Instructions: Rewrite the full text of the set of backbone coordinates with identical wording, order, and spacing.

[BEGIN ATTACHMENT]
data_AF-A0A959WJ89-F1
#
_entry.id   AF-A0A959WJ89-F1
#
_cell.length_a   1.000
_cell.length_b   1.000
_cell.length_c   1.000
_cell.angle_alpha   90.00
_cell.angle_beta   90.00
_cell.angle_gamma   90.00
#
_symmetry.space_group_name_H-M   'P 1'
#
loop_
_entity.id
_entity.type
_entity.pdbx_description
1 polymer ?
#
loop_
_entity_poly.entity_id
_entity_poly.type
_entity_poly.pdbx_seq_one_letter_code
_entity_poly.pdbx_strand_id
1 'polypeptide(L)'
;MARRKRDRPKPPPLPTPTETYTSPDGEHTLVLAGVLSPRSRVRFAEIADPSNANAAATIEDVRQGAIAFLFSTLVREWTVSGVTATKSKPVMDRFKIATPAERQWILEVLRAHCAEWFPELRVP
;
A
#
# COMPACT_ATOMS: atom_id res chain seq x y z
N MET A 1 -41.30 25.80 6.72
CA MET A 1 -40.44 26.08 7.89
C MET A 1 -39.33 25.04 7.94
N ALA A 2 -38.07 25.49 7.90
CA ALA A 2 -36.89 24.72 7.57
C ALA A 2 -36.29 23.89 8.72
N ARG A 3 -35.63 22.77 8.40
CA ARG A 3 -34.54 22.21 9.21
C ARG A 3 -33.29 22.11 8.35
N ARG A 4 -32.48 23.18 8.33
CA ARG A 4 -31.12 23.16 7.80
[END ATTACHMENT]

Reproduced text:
data_AF-A0A959WJ89-F1
#
_entry.id   AF-A0A959WJ89-F1
#
_cell.length_a   1.000
_cell.length_b   1.000
_cell.length_c   1.000
_cell.angle_alpha   90.00
_cell.angle_beta   90.00
_cell.angle_gamma   90.00
#
_symmetry.space_group_name_H-M   'P 1'
#
loop_
_entity.id
_entity.type
_entity.pdbx_description
1 polymer ?
#
loop_
_entity_poly.entity_id
_entity_poly.type
_entity_poly.pdbx_seq_one_letter_code
_entity_poly.pdbx_strand_id
1 'polypeptide(L)'
;MARRKRDRPKPPPLPTPTETYTSPDGEHTLVLAGVLSPRSRVRFAEIADPSNANAAATIEDVRQGAIAFLFSTLVREWTVSGVTATKSKPVMDRFKIATPAERQWILEVLRAHCAEWFPELRVP
;
A
#
# COMPACT_ATOMS: atom_id res chain seq x y z
N MET A 1 -41.30 25.80 6.72
CA MET A 1 -40.44 26.08 7.89
C MET A 1 -39.33 25.04 7.94
N ALA A 2 -38.07 25.49 7.90
CA ALA A 2 -36.89 24.72 7.57
C ALA A 2 -36.29 23.89 8.72
N ARG A 3 -35.63 22.77 8.40
CA ARG A 3 -34.54 22.21 9.21
C ARG A 3 -33.29 22.11 8.35
N ARG A 4 -32.48 23.18 8.33
CA ARG A 4 -31.12 23.16 7.80